The lead single Follow Your Heart has a great 1990s feel to it, a great chorus and a catchy melody. The second single In and Out of Love is deliciously infectious - an excellent pop number. The same can be said for the colourful and vibrant tracks; Heaven's Eyes, Dancing With No Fear, Glorious, and Hold On Tight. The title track, co-written back in 1990 with Vangelis, is also a strong number, with a memorable vocal from Johnson, and the kind of lyrics and edge that recall the sound of Frankie Goes to Hollywood. So Much It Hurts is a beautiful ballad, and undoubtedly a highlight on the album. The same can be said too for the personal, and meaningful, You're in My Dreams Tonight. Lonesome Town and The Sun Will Shine Again are two more reflective numbers, but not without retaining the glowing sound of the album.

Holly Johnson deserves some great success with this album - it is a fine collection of songs to return to the current pop scene with. Many of the songs speak of positivity and love, and Johnson never fails to come up with some catchy melodies and great choruses. The deluxe edition of the album is much recommended as you get two bonus tracks. An excellent pop album through-and-through, let's hope that the follow-up album won't take so long.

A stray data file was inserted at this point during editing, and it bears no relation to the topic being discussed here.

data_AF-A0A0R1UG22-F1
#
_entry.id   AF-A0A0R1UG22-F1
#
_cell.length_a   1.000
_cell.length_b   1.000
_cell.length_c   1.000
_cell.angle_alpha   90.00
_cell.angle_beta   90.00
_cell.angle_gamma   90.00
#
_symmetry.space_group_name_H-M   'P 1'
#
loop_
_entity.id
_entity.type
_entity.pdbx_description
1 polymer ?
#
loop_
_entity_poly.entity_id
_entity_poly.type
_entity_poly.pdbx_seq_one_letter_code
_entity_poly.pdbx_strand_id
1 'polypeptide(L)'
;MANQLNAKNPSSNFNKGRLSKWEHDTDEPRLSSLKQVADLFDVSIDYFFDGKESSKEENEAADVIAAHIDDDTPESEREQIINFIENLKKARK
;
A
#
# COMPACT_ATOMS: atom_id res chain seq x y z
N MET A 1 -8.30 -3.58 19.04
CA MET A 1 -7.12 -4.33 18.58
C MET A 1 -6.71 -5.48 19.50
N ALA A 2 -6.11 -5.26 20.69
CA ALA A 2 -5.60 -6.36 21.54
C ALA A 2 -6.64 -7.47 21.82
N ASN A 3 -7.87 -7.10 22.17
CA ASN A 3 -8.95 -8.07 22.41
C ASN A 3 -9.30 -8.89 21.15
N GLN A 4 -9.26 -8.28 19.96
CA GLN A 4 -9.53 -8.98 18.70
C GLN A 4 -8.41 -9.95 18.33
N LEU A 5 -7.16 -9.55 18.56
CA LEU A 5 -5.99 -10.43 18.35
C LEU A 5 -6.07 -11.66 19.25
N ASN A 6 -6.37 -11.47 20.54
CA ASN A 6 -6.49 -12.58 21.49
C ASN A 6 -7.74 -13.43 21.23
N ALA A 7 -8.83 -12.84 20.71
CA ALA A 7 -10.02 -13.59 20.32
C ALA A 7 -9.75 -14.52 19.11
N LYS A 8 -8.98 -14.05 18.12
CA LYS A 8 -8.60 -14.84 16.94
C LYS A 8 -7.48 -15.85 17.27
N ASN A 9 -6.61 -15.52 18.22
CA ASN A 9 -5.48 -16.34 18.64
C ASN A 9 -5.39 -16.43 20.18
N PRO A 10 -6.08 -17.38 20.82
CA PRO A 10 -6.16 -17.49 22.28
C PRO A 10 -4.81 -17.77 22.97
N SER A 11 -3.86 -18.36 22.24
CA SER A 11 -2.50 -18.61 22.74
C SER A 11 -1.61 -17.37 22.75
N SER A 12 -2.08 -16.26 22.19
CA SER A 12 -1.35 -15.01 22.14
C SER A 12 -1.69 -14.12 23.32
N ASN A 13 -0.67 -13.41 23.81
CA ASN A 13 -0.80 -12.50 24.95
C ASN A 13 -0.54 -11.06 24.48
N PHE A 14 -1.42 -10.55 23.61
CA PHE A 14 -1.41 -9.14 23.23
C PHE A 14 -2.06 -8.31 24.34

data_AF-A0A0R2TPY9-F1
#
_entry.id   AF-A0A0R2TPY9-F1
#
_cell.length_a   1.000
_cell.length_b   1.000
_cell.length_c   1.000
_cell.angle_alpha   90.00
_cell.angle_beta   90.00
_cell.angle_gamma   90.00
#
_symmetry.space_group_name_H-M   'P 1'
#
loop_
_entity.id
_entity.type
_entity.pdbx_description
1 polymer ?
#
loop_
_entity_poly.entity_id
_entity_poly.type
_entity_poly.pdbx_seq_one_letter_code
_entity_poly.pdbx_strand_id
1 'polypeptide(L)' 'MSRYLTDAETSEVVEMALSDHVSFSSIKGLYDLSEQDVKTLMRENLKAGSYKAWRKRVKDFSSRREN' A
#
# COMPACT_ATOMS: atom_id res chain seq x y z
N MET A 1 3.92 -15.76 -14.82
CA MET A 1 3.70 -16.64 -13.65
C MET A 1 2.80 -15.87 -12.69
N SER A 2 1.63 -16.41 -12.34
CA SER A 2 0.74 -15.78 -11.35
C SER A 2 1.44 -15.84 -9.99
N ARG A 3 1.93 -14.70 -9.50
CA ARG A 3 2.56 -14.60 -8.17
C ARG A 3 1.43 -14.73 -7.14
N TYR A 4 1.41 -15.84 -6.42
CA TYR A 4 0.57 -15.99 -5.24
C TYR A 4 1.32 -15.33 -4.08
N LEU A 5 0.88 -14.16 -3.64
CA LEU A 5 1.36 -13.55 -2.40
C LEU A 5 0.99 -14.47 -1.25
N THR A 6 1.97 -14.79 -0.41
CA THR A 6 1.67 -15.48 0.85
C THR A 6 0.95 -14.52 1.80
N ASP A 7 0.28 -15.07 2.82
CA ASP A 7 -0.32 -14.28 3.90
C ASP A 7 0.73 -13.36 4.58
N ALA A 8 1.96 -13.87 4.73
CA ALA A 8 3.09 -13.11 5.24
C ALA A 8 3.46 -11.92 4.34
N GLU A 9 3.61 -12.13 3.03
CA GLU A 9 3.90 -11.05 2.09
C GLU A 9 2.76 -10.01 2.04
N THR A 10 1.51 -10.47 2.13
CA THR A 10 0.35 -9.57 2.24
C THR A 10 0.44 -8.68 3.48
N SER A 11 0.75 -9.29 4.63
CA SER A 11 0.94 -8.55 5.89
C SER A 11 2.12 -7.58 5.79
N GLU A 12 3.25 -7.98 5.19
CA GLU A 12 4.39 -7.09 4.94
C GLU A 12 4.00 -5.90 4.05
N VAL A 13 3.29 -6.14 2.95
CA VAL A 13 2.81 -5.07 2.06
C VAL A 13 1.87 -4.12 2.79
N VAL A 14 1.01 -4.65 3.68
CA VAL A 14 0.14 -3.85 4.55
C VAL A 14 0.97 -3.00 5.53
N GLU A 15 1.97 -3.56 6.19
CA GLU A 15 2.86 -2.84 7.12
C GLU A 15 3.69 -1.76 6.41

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Dan Hartman: I Can Dream About You (UK Import)
Dan Hartman: I Can Dream About You (UK Import)
Offered by EliteDigital UK
Price: £61.95

5.0 out of 5 stars I Can Dream About You, 17 Sept. 2014
Verified Purchase(What is this?)
Dan Hartman has had much success as a performer, songwriter and producer. Sales of Hartman's recordings, group efforts, production, songwriting and compilation inclusions exceed 50 million records worldwide. Yet somehow he remains an incredibly underrated artist, sadly somewhat forgotten, especially since his death in 1994.

Hartman's scattering of solo albums are strong on the whole, but without a doubt I Can Dream About You is the essential jewel in his collection. The eternal magic of the title track still remains as bright - its a smooth, lush piece of 1980s pop. The other nine tracks, co-written with Hartman's songwriting partner Charlie Midnight, are made up of an excellent range of tracks, all incorporating pop, R&B, soul and a bit of rock. Such tracks as We Are the Young, an anthem of youth, I'm Not a Rolling Stone, Rage to Live and Power of a Good Love - all top quality numbers with plenty of passion and fire. The beautiful ballad Shy Hearts is wonderfully crafted, and the grand dance-pop number Name of the Game has its own special underlying edge. On top of this, feel good pop doesn't come much better than with the title track, Second Nature and I Can't Get Enough. In particular the motown-influenced Second Nature is extremely infectious and energetic.